Scientists Bore Two Miles into Antarctic Ice, Reach Ancient Lake

By @xanthonysfx on
  • Lake Vostok Drilling Expedition
    A man stands near drilling apparatus at the Vostock research camp in Antarctica in this January 13, 2006 handout photograph. Russian scientists are close to drilling into the prehistoric sub-glacier Lake Vostok, which has been trapped under Antarctic ice for 14 million years. Picture taken January 13, 2006. Reuters
  • Lake Vostok Drilling Expedition
    Researchers work with drilling apparatus at the Vostok camp in Antarctica in this January 16, 2006 handout photograph. Russian scientists are close to drilling into the prehistoric sub-glacier Lake Vostok, which has been trapped under Antarctic ice for 14 million years. Picture taken January 16, 2006. Reuters
  • Lake Vostok Drilling Expedition
    The head of the drilling rig used by the Russian research team to drill to the Vostok underground lake at the Vostock research camp in Antarctica is seen in this September 1, 2007 picture. Russian scientists are close to drilling into the prehistoric sub-glacier Lake Vostok, which has been trapped under Antarctic ice for 14 million years. Photo taken September 1, 2007. Reuters
  • Lake Vostok Drilling Expedition
    Drilling milestones reached and marked on the wall are seen at the Vostok camp in Antarctica in this June 29, 2010 handout photograph. Russian scientists are close to drilling into the prehistoric sub-glacier Lake Vostok, which has been trapped under Antarctic ice for 14 million years. Picture taken June 29, 2010. Reuters
  • Lake Vostok Drilling Expedition
    Researchers work with drilling apparatus at the Vostok camp in Antarctica in this April 5, 2010 handout photograph. Russian scientists are close to drilling into the prehistoric sub-glacier Lake Vostok, which has been trapped under Antarctic ice for 14 million years. Picture taken April 5, 2010. Reuters
  • Lake Vostok Drilling Expedition
    An ice core is seen at the Vostok camp in Antarctica in this April 5, 2010 handout photograph. Russian scientists are close to drilling into the prehistoric sub-glacier Lake Vostok, which has been trapped under Antarctic ice for 14 million years. Picture taken April 5, 2010. Reuters
  • Lake Vostok Drilling Expedition
    A general view of the Vostock research camp in Antarctica in this January 5, 2005 handout photograph. Russian scientists are close to drilling into the prehistoric sub-glacier Lake Vostok, which has been trapped under Antarctic ice for 14 million years. Picture taken January 5, 2005. Reuters
  • Lake Vostok Drilling Expedition
    An aerial view of the Vostock research camp in Antarctica is seen in this January 5, 2005 handout photograph. Russian scientists are close to drilling into the prehistoric sub-glacier Lake Vostok, which has been trapped under Antarctic ice for 14 million years. Picture taken January 5, 2005. Reuters
  • Lake Vostok Drilling Expedition
    A general view of drilling apparatus at the Vostock research camp in Antarctica in this April 5, 2010 handout photograph. Russian scientists are close to drilling into the prehistoric sub-glacier Lake Vostok, which has been trapped under Antarctic ice for 14 million years. Picture taken April 5, 2010. Reuters
  • Lake Vostok Drilling Expedition
    A general view of the Vostock research camp in Antarctica is seen in this June 29, 2010 handout photograph. Russian scientists are close to drilling in to the prehistoric sub-glacier Lake Vostok, which has been trapped under Antarctic ice for 14 million years. Picture taken June 29, 2010. Reuters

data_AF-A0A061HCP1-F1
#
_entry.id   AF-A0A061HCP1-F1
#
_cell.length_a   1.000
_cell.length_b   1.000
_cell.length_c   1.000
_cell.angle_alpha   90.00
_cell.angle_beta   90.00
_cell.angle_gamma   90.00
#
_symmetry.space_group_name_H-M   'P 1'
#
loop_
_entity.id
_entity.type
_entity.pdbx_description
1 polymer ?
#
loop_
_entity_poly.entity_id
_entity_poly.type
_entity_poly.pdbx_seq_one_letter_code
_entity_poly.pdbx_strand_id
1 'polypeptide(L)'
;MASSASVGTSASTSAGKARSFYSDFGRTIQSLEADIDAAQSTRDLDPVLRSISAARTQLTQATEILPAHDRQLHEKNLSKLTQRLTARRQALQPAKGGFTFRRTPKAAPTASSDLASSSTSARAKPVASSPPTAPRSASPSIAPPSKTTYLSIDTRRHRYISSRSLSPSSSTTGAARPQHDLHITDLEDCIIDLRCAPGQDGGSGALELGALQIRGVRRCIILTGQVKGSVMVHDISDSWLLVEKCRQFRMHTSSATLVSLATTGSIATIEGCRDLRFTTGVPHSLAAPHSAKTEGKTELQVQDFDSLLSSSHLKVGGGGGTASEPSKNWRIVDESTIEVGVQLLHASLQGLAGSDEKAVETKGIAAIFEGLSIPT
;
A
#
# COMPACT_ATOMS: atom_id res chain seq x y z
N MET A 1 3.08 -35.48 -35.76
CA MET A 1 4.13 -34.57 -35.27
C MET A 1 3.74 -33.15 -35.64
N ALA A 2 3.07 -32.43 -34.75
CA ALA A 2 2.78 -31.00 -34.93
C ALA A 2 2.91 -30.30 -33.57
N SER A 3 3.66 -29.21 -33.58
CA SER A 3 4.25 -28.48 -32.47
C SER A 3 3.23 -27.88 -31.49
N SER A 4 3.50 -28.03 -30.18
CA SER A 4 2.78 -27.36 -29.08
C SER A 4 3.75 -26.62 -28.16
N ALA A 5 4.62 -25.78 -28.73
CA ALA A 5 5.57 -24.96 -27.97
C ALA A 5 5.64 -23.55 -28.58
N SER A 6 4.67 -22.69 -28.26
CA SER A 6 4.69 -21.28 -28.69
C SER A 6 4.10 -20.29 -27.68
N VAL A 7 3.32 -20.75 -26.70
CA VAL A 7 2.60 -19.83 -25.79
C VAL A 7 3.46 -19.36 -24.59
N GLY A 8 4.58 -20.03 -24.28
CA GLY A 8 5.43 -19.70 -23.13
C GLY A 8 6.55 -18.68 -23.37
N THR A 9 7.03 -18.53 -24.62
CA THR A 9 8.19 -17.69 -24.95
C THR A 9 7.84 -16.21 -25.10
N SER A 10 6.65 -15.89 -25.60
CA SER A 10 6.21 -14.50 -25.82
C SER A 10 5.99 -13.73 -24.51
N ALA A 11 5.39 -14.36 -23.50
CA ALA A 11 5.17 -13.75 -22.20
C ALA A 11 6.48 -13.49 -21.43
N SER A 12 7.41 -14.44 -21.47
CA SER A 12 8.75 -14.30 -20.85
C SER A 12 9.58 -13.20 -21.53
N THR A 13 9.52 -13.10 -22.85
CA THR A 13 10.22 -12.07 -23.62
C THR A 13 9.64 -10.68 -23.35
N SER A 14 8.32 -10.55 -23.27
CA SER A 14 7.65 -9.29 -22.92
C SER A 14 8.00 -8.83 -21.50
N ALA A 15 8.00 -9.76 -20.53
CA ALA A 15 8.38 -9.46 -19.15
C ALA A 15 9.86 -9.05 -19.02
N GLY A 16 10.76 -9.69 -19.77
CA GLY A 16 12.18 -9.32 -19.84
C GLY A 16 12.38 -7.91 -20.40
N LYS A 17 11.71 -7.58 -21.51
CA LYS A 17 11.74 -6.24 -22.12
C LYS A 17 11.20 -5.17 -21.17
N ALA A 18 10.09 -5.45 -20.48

• Lake Vostok Drilling Expedition
    A supply convoy arrives at the Vostock research camp in Antarctica in this December 2009 handout photograph. Russian scientists are close to drilling into the prehistoric sub-glacier Lake Vostok, which has been trapped under Antarctic ice for 14 million years. Picture taken in December 2009. Reuters
  • Lake Vostok Drilling Expedition
    Researchers enjoy a traditional welcome of vodka and bread at the Vostok camp in Antarctica in this April 5, 2010 photograph. Russian scientists are close to drilling into the prehistoric sub-glacier Lake Vostok, which has been trapped under Antarctic ice for 14 million years. Picture taken April 5, 2010. Reuters
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Russian scientists successfully bored two miles into Antarctic ice to reach an ancient lake called Vostok, Feb. 8, and it's the first time one of more than 300 such Antarctic lakes has been uncovered.

This fills my soul with joy, Valery Lukin, from Russia's Arctic and Antarctic Research Institute (AARI) in St Petersburg that has been overseeing the project, said to BBC News.

Lukin said the lake could give new insights into Antarctica's history and perhaps even yield new forms of microbial life never before seen.

This will give us the possibility to biologically evaluate the evolution of living organisms... because those organisms spent a long time without contact with the atmosphere, without sunlight, he was quoted as saying via translation by BBC Monitoring.

Drilling has taken nearly 20 years due in no small part to the nearly unlivable conditions at the bottom of the world. This is where the lowest ever temperature taken on the planet was; -89C in 1983. Lake Vostok is about the size of Lake Ontario and is in liquid form only because of the heat generated by the Earth's core. Furthermore, British scientists will start drilling into another lake under the Antarctic ice this year, called Ellsworth on the other side of the continent. Clues found in the ancient lakes could even give scientists ideas about what kind of underground lakes could be encased in ice on such planets as Jupiter's moon Europa. Start the slideshow to see the scientists at work on the Antarctic dig. Tell us in the comments what you think they'll find down there.  

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